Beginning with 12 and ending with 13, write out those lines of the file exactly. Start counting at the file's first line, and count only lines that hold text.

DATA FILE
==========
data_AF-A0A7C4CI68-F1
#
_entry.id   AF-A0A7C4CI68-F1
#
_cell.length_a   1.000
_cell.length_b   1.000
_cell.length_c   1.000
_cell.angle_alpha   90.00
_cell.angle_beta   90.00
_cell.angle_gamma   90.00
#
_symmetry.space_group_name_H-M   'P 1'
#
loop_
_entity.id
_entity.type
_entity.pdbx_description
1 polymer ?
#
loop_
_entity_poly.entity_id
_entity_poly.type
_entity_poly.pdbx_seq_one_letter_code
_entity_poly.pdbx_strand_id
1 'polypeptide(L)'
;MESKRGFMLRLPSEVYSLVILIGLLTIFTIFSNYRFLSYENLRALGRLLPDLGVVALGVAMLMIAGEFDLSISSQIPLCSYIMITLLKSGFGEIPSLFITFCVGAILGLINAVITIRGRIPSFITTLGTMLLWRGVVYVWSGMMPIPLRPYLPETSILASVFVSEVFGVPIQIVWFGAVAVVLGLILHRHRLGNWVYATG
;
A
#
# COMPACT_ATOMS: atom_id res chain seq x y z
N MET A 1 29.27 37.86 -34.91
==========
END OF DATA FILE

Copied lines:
_symmetry.space_group_name_H-M   'P 1'
#